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1971, Tehran. Lives in Tehran and Stuttgart.

Solmaz Shahbazi’s light box images are culled from previous wanderings, testaments to the ambiguities of time and place. Taken in different cities of this region, her subjects are perhaps first and foremost how we collectively relate to photography, revealing their enormous ability to frame reality, shape and define the sphere of the inclusive, and perhaps more importantly, the exclusive. The city features as an anonymous, a-contextual entity. People are all but absent, as are textual and cultural references that would root her images in time or place. These images are about the non-importance of place, origin and the ambiguities embedded within the reproducible image.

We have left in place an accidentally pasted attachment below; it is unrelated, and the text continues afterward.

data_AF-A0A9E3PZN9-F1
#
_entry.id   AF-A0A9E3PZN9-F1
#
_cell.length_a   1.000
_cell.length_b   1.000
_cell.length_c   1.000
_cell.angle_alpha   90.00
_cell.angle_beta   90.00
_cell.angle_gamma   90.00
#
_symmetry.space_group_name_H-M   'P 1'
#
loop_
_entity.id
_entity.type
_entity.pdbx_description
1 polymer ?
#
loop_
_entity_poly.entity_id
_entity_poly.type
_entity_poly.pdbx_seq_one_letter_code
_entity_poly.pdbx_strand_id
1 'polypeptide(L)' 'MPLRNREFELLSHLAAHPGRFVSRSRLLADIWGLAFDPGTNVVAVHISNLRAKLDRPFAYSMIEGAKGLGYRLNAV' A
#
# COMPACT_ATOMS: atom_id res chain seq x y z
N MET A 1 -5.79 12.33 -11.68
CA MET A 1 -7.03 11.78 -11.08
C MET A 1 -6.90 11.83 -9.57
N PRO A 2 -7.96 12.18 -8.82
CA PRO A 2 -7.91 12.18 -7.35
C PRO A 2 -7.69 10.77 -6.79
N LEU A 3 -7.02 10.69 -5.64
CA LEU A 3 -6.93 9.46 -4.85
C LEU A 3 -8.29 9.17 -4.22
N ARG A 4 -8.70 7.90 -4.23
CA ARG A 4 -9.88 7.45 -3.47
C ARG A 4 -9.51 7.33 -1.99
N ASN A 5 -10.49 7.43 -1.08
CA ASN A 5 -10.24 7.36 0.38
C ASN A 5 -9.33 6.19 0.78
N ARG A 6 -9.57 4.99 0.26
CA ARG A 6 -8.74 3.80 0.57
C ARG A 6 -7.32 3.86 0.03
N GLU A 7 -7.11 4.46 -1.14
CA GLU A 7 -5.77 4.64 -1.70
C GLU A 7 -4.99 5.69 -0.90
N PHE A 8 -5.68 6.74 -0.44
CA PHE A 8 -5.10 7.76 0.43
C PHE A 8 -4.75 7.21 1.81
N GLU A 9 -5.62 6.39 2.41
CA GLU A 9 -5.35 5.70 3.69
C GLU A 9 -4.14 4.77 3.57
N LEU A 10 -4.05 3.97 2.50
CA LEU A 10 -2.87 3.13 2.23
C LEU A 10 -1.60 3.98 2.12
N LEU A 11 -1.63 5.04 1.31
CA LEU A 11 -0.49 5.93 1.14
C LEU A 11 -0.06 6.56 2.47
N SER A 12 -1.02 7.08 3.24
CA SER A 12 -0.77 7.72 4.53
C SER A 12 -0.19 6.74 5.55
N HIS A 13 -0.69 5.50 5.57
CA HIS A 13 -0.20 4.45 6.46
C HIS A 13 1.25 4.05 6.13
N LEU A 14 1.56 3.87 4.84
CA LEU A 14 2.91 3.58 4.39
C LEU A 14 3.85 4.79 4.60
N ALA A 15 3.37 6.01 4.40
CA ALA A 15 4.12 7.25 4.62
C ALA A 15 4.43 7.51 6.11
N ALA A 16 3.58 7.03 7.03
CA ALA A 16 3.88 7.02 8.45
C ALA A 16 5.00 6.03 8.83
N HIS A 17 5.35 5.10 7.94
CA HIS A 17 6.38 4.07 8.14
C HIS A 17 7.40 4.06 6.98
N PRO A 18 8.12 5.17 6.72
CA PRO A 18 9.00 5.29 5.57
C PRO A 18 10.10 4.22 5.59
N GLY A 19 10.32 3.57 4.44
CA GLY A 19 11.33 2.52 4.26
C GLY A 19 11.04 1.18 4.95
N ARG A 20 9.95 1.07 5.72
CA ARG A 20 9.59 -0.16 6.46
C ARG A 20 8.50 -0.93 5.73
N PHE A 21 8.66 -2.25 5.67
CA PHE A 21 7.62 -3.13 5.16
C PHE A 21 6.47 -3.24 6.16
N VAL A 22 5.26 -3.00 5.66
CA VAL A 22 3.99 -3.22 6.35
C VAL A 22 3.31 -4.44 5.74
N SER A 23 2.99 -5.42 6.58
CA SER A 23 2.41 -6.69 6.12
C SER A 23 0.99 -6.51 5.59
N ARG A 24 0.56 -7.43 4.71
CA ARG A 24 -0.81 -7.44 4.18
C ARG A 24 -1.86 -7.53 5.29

Shahbazi’s enquiry culminates in two videos made in İstanbul that expose the (im)possibility of seamlessly penetrating geographies that can never be one’s own. Found in the gated communities on the outskirts of the city of İstanbul – in Kemer Country, Bahçeşehir, Optimum and so on – are enclosed societies of people, their desire perhaps emblematic of a brave new İstanbul and its newly created areas of detached identity; as much as it is a show of concern in change, rendered obvious by their choice to inhabit zones of enforced separation in simulated modernities, away from the crowd.
Over Shahbazi’s images we hear a discussion, almost clinical in nature, between the artist and three Turkish academics. They answer Shahbazi’s queries about these satellite residential structures, laying bare her naiveté and wonder. Ultimately, the discussion presents these gated communities as an entity unto themselves, both at odds with one perception of normalcy, and yet constructed as perfect formal repetitions, they conform to an internationally endorsed norm.

Vasıf Kortun


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